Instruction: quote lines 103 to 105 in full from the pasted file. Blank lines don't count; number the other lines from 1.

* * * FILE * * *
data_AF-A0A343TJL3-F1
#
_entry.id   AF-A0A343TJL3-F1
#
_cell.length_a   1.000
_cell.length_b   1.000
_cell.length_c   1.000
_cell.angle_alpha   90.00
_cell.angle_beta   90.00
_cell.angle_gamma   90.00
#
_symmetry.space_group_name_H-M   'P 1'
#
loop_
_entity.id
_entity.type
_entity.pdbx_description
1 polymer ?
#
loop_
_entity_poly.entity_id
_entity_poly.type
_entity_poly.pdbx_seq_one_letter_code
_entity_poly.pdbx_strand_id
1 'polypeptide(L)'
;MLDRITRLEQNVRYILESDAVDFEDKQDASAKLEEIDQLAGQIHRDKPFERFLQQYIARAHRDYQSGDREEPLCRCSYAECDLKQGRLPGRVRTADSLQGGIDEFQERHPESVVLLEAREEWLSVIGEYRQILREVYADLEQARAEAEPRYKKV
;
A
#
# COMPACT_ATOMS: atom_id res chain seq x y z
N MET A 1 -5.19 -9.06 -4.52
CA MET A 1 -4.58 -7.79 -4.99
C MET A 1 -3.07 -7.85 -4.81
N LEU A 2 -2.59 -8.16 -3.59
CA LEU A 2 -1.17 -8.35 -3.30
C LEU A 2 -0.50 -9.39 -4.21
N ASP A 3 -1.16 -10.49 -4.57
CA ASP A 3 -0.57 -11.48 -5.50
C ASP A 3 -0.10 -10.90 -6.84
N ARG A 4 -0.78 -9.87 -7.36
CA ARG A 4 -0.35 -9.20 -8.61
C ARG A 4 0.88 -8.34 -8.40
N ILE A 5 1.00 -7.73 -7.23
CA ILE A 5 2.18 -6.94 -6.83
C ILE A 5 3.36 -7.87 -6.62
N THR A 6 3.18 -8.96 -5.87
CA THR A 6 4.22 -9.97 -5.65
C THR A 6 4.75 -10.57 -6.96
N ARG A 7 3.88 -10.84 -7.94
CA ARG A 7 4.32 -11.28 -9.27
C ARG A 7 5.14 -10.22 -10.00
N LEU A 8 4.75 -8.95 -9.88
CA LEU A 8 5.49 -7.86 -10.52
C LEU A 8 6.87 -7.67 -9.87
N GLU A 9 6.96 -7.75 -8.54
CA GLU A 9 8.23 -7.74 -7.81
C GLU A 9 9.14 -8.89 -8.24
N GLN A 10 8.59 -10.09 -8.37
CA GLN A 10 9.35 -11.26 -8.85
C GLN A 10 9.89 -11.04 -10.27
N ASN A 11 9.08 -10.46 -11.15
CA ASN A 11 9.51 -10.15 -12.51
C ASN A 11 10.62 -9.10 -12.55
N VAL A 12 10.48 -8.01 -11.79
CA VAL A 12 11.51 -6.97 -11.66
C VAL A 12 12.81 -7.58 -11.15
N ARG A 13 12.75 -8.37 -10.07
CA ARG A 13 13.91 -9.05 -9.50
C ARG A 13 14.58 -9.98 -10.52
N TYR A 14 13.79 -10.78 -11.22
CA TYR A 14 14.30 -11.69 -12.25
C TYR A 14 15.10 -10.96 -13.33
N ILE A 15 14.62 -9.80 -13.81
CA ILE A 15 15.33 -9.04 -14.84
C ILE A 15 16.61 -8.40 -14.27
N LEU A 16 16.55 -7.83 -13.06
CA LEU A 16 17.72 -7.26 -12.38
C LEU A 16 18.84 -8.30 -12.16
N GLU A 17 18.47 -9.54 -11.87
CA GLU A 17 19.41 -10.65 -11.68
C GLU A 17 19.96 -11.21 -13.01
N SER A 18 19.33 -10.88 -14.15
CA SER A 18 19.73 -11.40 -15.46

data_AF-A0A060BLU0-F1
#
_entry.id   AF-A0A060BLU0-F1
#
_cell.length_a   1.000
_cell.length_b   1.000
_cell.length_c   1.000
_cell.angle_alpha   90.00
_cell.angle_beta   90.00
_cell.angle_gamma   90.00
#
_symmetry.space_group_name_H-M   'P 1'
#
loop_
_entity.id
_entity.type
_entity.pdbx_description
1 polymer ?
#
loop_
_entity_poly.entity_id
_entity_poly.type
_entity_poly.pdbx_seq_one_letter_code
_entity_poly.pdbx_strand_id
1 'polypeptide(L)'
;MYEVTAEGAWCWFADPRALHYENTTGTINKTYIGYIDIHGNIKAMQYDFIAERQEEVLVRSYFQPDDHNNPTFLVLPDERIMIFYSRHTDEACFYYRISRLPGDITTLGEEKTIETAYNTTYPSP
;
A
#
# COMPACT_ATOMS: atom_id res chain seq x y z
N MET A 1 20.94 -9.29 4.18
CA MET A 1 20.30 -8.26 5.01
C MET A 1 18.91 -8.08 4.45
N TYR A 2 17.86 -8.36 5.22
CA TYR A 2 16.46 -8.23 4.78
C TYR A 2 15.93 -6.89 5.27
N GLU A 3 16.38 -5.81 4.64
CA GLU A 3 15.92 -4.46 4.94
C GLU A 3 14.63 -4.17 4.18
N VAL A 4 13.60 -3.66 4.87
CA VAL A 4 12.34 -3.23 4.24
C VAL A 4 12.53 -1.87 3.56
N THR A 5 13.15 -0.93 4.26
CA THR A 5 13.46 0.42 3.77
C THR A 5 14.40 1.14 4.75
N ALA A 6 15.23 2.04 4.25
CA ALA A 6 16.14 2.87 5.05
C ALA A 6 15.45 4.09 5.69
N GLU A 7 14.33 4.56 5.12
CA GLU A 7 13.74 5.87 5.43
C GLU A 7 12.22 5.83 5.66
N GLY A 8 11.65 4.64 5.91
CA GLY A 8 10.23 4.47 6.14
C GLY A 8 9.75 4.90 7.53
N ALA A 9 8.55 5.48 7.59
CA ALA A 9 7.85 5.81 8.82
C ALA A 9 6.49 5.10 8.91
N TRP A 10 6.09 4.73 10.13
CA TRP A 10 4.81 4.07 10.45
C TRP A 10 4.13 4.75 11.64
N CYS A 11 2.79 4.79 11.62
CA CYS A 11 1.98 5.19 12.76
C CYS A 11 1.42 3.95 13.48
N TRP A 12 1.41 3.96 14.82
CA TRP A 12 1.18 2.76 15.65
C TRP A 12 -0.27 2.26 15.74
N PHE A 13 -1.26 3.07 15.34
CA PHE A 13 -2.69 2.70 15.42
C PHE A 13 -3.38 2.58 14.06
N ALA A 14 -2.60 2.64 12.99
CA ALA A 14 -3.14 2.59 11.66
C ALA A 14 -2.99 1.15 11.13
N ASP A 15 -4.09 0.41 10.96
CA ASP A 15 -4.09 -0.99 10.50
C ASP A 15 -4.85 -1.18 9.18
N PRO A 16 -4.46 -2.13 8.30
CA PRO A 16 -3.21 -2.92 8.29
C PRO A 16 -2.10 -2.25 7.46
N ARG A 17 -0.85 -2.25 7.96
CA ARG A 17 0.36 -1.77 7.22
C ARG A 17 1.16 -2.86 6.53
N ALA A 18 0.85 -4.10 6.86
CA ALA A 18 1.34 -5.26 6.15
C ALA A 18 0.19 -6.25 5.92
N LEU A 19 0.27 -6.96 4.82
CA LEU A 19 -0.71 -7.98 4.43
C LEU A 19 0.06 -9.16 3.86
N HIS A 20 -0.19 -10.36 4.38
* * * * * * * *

loop_
_entity_poly.entity_id
_entity_poly.type